In Unnao, front-line ASHA (Accredited Social Health Activist) workers, who go door to door to trace cases in villages, say they are at high risk as many of them do not have the necessary instruments to measure temperature or oxygen levels. They are not even provided sanitisers, they say. Veermati Singh, an ASHA worker, says all she was given was a medicine kit with some strips of tablets, mainly for fever; a face mask; and a pair of gloves. “People don’t take us seriously. Why would they when I cannot even record their temperature and oxygen levels,” she says.

Many who had COVID-19 symptoms and lung infection, detected through CT scans, say they did not get RT-PCR tests done. If they did have COVID-19, they would not have been officially counted in the State’s daily case count.

Inspecting deaths

On May 10, Seema Jaiswal, the Pradhan of Sauram village in Ghazipur, not too far from the Ganga, wrote to the district magistrate stating that the number of people dying due to COVID-19 in her gram sabha was increasing by the day. She attached a list of 16 persons who had died. Manoj Kumar Jaiswal, her husband, says three more people have died since, including a six-month-old girl. Though he is not sure if they died of COVID-19, he says the symptoms could not have been anything else. “Bas khasi aur bukhar (Just cough and fever)! Some had it for 2-4 days and died. Others had it for barely 12-24 hours and died,” he claims. However, he is quick to add, “We can’t say that they died of COVID-19. Only after testing will we be able to say that.” Jaiswal alleges that no tests were carried out in the village till his wife wrote the letter.

The Chief Medical Officer of Ghazipur, Girish Chandra Maurya, visited the village to inspect the deaths. He says two-three people did die in the village but due to “age and natural process” or some other illness, not COVID-19.

The administration then held testing camps in two sessions. Of the 142 persons with symptoms, four were found positive through rapid antigen tests. They were put under quarantine. Medicine kits were distributed among the others. Three sacks of bleaching powder were provided to the village head for sanitisation.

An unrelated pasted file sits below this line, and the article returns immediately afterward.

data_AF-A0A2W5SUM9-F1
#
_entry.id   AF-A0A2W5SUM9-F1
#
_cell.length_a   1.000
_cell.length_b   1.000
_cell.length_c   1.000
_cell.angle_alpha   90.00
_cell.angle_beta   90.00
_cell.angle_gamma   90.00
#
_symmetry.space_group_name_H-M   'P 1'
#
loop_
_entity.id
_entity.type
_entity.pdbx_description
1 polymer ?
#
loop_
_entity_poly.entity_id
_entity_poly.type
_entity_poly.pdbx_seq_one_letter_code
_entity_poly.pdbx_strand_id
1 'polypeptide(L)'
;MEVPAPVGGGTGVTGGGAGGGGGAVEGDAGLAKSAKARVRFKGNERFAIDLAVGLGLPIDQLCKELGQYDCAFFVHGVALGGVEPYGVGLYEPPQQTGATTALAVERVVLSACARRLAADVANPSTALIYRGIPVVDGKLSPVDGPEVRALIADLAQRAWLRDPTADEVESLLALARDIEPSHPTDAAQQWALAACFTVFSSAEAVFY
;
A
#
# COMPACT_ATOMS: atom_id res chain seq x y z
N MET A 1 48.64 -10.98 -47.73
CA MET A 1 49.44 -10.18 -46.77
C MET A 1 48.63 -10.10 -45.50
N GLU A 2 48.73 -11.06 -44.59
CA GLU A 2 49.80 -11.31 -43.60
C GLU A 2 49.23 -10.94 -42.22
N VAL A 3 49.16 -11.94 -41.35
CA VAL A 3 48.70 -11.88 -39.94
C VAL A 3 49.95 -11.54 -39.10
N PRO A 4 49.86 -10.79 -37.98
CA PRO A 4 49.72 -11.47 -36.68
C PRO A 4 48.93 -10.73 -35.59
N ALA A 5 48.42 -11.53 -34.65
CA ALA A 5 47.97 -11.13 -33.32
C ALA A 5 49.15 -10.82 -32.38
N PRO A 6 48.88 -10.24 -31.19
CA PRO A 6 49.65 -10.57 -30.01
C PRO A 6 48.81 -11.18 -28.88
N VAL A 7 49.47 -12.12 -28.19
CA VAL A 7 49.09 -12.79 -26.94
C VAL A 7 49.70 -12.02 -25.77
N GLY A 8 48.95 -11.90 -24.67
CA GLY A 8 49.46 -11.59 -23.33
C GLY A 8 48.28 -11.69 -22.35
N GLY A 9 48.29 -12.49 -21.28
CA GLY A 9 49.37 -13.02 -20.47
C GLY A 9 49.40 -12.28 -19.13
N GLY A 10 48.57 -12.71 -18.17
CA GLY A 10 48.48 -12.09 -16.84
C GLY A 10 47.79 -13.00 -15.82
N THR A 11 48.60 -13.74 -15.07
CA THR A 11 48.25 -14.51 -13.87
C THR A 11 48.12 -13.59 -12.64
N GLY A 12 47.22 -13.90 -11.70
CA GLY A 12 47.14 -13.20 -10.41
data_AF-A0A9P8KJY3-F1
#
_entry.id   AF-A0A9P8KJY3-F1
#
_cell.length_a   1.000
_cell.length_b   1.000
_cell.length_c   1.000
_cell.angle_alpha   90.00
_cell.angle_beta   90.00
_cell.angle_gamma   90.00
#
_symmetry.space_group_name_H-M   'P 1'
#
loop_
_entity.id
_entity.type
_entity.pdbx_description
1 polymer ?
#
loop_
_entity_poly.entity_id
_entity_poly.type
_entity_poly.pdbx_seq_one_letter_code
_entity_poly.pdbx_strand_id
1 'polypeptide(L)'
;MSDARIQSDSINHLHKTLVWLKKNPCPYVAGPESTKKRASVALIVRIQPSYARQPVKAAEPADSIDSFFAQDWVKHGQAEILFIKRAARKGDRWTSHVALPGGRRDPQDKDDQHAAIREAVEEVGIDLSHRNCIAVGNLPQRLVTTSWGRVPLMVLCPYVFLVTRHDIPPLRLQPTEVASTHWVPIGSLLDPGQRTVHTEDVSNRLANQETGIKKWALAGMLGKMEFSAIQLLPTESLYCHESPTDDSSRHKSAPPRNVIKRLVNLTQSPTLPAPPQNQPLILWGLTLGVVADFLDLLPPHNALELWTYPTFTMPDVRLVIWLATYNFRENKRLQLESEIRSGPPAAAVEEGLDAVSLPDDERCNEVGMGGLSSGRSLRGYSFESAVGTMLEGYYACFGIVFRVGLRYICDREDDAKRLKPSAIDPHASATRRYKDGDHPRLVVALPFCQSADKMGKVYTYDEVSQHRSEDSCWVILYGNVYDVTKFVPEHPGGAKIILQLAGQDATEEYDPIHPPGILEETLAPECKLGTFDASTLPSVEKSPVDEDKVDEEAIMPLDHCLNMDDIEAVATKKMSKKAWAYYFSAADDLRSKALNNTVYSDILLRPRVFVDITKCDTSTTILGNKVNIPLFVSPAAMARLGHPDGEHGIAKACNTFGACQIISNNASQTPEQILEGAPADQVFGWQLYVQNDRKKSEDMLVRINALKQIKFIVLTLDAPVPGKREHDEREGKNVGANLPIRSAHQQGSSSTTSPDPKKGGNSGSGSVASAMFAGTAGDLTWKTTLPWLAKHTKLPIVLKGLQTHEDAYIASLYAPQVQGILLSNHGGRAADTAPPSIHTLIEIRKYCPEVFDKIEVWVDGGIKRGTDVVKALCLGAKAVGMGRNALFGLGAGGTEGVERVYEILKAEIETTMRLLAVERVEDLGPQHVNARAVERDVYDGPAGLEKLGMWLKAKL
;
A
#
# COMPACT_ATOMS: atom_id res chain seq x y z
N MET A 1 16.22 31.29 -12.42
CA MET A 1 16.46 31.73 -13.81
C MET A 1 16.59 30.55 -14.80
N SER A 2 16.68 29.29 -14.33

Maurya admits that “more people are dying” in the rural areas in the second wave. This has scared the rural folk and has forced many to come forward to get tested, he says. “Now more people are also wearing masks. They feel they need to get tested and treated on time,” says Maurya. The district had a target of conducting 2,000 tests per day but was testing 8,000 samples, he says. He adds that teams are especially being sent to the villages for testing drives. Neighbouring Chandauli was testing only 1,500-1,700 samples, says an official.

In Baghpat’s Lumb village, the headman released on social media a list of 34-37 persons who had allegedly died of COVID-19 over the past month. After carrying out a survey, officials said the reports were false. The teams did not find any death due to COVID-19, says the Chief Medical Officer, R. K. Tandon. Officials say though fever was reported in a couple of cases, it was not correct to say that all deaths in the village were due to COVID-19. In the last two months, 20-25 persons had died, but due to other illnesses, says Tandon. He also rubbished claims that no tests were being carried out. The administration tested 362 persons through RT-PCR and 428 through rapid antigen tests and found 21 persons positive for COVID-19. All of them have recovered, he says.

The role of Panchayat polls

The spread of the pandemic in rural U.P. has coincided with the panchayat polls, which many have blamed for the spike in cases and deaths. Despite guidelines being issued, it was impractical to imagine social distancing and proper safety norms being followed in the tightly contested rural polls which had around 13 crore registered voters, over 2 lakh voting booths and 80,762 voting centres, and over 2.43 lakh officials and staff on polling duty.

While the government says that it conducted the polls on the instructions of the Allahabad High Court, it ignored several warnings, including by its own legislators, to defer the process of voting as well as counting when the second wave hit its peak. The counting could lead to a “super explosion” of COVID-19 cases in rural areas, wrote the Bharatiya Janata Party MLA from Hardoi district, Madhvendra Pratap, to Chief Minister Yogi Adityanath. Concerned about the deaths of those on polling duty, teacher unions had declared that they would boycott the counting process on May 2. However, after the Supreme Court allowed the counting process to go ahead, on assurances by the State government that proper COVID-19 safety norms would be followed, the unions called off their boycott. The counting centres across U.P. presented a worrying picture. Social distancing went for a toss. Large numbers of people, mostly men, gathered outside or lined up at the gates of the centres in close physical proximity to one another.